Once there was a teenager at work. Her boss pressured her to drink while on a break, and then keep drinking until she was drunk. He was her boss. She was afraid. Afraid of losing her job. Afraid of him. He forced himself on her and although intoxicated at the time, she did not blackout. She remembers over and over and over. She remembers, almost like rewatching a movie. Scenes from that day intrude during school. They intrude when she is with her parents. They intrude when she is trying to sleep. This teen avoids anything that reminds her of his stink. She avoids stores with bells that chime over the doors upon entry. She unfortunately hasn’t avoided alcohol though and that has been another form of misery to her. Do you know her? Maybe you have met.

There once was a boy who kept getting in trouble because he couldn’t focus. There once was an elderly man who only remembered his younger days and nothing new would stick. There once was a worry wort who couldn’t get out of her head. There once was… 

There once was you.  What is your story? And how do you deal?

We are currently in a quarantine. (There’s news! Smile.) And people want to know how to cope during this time of unanticipated stress.  

I’d like to ask you. How have you dealt with your emotional pain so far, apart from quarantine? All these stories could have potentially isolated us in our suffering. There’s nothing quite as potentially isolating as mental illness. It destroys our ability to see ourselves. We become disconnected from self and others. We lose empathy, trapped in our own suffering. We are called “selfish” because no one can give what they don’t have. We lose our ability to chose freely, because the mental illness chooses for us. But you know that you have come up with coping skills to deal. You have brought your suffering into the space of your healthy and become more whole doing it.

These are the same coping skills to fight the tendency toward emotional isolation in quarantine.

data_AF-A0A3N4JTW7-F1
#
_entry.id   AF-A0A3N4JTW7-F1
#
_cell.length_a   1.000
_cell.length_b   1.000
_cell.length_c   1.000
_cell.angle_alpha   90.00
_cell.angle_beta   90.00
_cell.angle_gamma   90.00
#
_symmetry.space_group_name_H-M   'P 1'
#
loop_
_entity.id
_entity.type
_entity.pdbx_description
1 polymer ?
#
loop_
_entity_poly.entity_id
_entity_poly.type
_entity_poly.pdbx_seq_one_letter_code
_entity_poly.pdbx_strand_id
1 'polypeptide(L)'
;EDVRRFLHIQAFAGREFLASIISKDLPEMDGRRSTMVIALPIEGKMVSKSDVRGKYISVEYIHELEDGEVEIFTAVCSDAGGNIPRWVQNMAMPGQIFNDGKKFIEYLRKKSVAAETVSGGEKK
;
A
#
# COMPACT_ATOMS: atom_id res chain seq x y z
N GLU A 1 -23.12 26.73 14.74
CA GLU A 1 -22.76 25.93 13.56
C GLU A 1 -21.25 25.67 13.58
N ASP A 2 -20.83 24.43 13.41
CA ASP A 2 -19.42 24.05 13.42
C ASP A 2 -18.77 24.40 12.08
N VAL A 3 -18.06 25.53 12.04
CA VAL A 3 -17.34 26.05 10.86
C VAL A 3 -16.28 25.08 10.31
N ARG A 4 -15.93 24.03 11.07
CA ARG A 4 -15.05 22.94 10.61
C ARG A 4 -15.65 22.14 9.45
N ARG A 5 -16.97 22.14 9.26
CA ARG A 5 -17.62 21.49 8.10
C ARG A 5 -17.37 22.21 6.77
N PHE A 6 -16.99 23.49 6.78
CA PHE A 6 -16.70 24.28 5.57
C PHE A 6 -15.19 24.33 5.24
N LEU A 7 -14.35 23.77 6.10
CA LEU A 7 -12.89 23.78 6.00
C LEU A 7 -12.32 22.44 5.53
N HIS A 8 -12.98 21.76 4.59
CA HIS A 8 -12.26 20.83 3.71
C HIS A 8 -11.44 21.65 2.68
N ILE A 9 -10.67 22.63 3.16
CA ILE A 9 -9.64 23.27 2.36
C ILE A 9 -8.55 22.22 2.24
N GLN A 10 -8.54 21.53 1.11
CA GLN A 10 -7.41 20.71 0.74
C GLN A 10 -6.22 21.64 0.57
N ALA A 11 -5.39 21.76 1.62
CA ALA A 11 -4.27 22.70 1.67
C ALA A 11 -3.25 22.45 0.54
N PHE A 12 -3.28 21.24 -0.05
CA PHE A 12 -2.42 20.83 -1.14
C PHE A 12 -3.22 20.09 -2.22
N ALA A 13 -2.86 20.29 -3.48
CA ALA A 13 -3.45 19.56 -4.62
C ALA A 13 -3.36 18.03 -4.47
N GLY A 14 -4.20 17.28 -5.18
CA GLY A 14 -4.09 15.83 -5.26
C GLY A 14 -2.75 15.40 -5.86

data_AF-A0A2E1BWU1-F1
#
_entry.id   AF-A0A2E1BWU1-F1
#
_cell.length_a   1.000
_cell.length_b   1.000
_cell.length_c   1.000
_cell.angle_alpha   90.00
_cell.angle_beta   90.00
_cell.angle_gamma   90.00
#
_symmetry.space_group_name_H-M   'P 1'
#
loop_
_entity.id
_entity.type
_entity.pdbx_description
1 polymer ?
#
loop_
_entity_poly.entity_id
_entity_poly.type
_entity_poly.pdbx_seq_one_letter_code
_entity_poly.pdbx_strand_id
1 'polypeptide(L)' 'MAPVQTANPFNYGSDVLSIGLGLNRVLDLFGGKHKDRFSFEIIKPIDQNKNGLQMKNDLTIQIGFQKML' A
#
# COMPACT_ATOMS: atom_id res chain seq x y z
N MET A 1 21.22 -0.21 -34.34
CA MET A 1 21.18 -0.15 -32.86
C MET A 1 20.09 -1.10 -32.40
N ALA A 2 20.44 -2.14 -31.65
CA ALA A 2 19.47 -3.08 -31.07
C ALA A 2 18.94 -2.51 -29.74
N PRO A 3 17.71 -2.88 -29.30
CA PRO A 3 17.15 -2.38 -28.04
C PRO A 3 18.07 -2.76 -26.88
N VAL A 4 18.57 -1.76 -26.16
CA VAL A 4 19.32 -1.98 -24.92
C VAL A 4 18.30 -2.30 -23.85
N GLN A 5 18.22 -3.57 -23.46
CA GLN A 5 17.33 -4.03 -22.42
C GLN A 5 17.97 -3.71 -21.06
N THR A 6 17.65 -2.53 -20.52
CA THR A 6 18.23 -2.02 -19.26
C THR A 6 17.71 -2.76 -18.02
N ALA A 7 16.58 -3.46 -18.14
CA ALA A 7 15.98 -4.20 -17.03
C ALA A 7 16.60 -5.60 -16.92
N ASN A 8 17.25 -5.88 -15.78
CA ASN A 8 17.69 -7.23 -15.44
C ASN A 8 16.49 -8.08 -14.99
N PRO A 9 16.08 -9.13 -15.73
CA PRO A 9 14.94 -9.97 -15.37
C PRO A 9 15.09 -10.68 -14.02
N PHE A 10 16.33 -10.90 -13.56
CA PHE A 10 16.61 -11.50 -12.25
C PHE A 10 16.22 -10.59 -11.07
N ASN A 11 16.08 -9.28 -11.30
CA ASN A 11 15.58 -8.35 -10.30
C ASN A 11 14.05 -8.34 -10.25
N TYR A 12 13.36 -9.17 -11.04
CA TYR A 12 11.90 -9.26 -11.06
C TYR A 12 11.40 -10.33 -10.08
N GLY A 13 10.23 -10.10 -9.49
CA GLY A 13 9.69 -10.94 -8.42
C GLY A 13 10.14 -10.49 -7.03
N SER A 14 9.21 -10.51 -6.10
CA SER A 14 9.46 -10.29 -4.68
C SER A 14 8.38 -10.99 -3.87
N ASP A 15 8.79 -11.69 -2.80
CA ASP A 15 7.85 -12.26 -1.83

Questions: What are your super-power coping skills you swear by? Please tell!

Self-Care tip: Fight the isolation from quarantine with the basics you already know, if you ask yourself. Keep on!

Mother’s Day – tied to a horse

Sometimes I don’t want to respond to the, “Happy Mother’s Day’s,” as I keep feeling all the many conflicting but authentic bits of motherhood under me, like thumping behind a free willed horse I’m tied to, who’s aiming through Nottingham Forest. There’s so much pressure to be the cherubic woman on Mother’s Day. Really? Heals! Whilst roped to a horses bum!

Look! There’s Marian! She’s sagging and her right boob is slung over her shoulder. Nifty!

“Way to go Marian! You look terrific!”

See. We all lie for love. 

Marian responded with a rude gesture but she was smiling. Oh, the inconsistencies women wrestle must be expressed!

There’s the number one: Being a mother is the best freaking thing of my life! I’m so glad I’m a mommy! And, thank you for making me breakfast. Yum! Once a year. 

Get away from my babies, world! You can never love them like me!

But numbers two through ninety-nine are always rudely jostling for position. Motherhood is like a stutter on repeat of, it’s really not about you!

Or wait, it is! If they fail, ie, turn into a collage of psycho-murderer blended with a throw-up fake and furry do-gooder, it’s all on me! Like getting ticketed when your kid shoplifts Snickers at Target. All time low. (I know you’re asking if that happened to me.)

One hundred stays quiet, squat and permanent: Those kids will leave you in the end. And then you are old.

But I think the reason we yell, “Happy Mother’s Day!,” to each other (and please don’t forget the apostrophe! There’s nothing that reminds us of what failures we are as mothers than bad grammer! Or is it gramm-ar?), is so that we remember, we have each other. We are really not alone.

Happy Mother’s Day, Peeps! You look great!

(Ow! Don’t throw things at me!)

And if you don’t get it, than you don’t get. Maybe read this again in ten years.

Self care tip: Stay connected. You are not alone.

Questions: Tell us about your Mother’s Day. Boys too! We want to hear you.

Connection in Loss

Visiting Mom today, we were separated by a window. Our mobiles were our speakers, like a microphone between a jail cell and her visitors. She put her hand up and splayed her fingers over the glass. Mom so wanted us to be glad visiting, not bummed by her condition, that while crying about the many things worth crying over, she pushed laughter out, and tossed her hair back and animated herself. Her act of love. Literally.